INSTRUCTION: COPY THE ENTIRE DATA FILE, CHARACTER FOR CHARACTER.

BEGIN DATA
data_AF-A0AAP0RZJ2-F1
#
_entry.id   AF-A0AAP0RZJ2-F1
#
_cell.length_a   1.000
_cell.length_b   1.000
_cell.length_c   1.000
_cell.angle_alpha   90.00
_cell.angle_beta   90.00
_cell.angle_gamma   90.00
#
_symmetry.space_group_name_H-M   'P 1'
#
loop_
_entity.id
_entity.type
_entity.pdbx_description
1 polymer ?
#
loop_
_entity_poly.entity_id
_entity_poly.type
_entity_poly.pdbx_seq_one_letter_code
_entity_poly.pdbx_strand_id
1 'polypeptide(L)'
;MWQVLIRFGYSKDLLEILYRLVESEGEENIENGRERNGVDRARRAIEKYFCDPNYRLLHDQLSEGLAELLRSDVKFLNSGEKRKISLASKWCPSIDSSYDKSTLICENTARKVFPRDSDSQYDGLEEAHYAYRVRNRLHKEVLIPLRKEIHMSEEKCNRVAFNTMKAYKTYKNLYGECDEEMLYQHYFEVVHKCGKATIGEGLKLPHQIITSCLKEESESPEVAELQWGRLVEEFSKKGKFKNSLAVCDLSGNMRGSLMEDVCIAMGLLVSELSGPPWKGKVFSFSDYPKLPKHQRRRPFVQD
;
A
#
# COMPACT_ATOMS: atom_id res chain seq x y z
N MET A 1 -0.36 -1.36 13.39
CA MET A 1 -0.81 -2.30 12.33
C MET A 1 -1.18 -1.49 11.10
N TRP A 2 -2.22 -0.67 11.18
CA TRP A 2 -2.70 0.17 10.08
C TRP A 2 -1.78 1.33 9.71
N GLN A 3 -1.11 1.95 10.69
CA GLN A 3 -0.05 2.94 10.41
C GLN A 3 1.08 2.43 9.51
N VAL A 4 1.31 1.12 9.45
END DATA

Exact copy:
data_AF-A0AAP0RZJ2-F1
#
_entry.id   AF-A0AAP0RZJ2-F1
#
_cell.length_a   1.000
_cell.length_b   1.000
_cell.length_c   1.000
_cell.angle_alpha   90.00
_cell.angle_beta   90.00
_cell.angle_gamma   90.00
#
_symmetry.space_group_name_H-M   'P 1'
#
loop_
_entity.id
_entity.type
_entity.pdbx_description
1 polymer ?
#
loop_
_entity_poly.entity_id
_entity_poly.type
_entity_poly.pdbx_seq_one_letter_code
_entity_poly.pdbx_strand_id
1 'polypeptide(L)'
;MWQVLIRFGYSKDLLEILYRLVESEGEENIENGRERNGVDRARRAIEKYFCDPNYRLLHDQLSEGLAELLRSDVKFLNSGEKRKISLASKWCPSIDSSYDKSTLICENTARKVFPRDSDSQYDGLEEAHYAYRVRNRLHKEVLIPLRKEIHMSEEKCNRVAFNTMKAYKTYKNLYGECDEEMLYQHYFEVVHKCGKATIGEGLKLPHQIITSCLKEESESPEVAELQWGRLVEEFSKKGKFKNSLAVCDLSGNMRGSLMEDVCIAMGLLVSELSGPPWKGKVFSFSDYPKLPKHQRRRPFVQD
;
A
#
# COMPACT_ATOMS: atom_id res chain seq x y z
N MET A 1 -0.36 -1.36 13.39
CA MET A 1 -0.81 -2.30 12.33
C MET A 1 -1.18 -1.49 11.10
N TRP A 2 -2.22 -0.67 11.18
CA TRP A 2 -2.70 0.17 10.08
C TRP A 2 -1.78 1.33 9.71
N GLN A 3 -1.11 1.95 10.69
CA GLN A 3 -0.05 2.94 10.41
C GLN A 3 1.08 2.43 9.51
N VAL A 4 1.31 1.12 9.45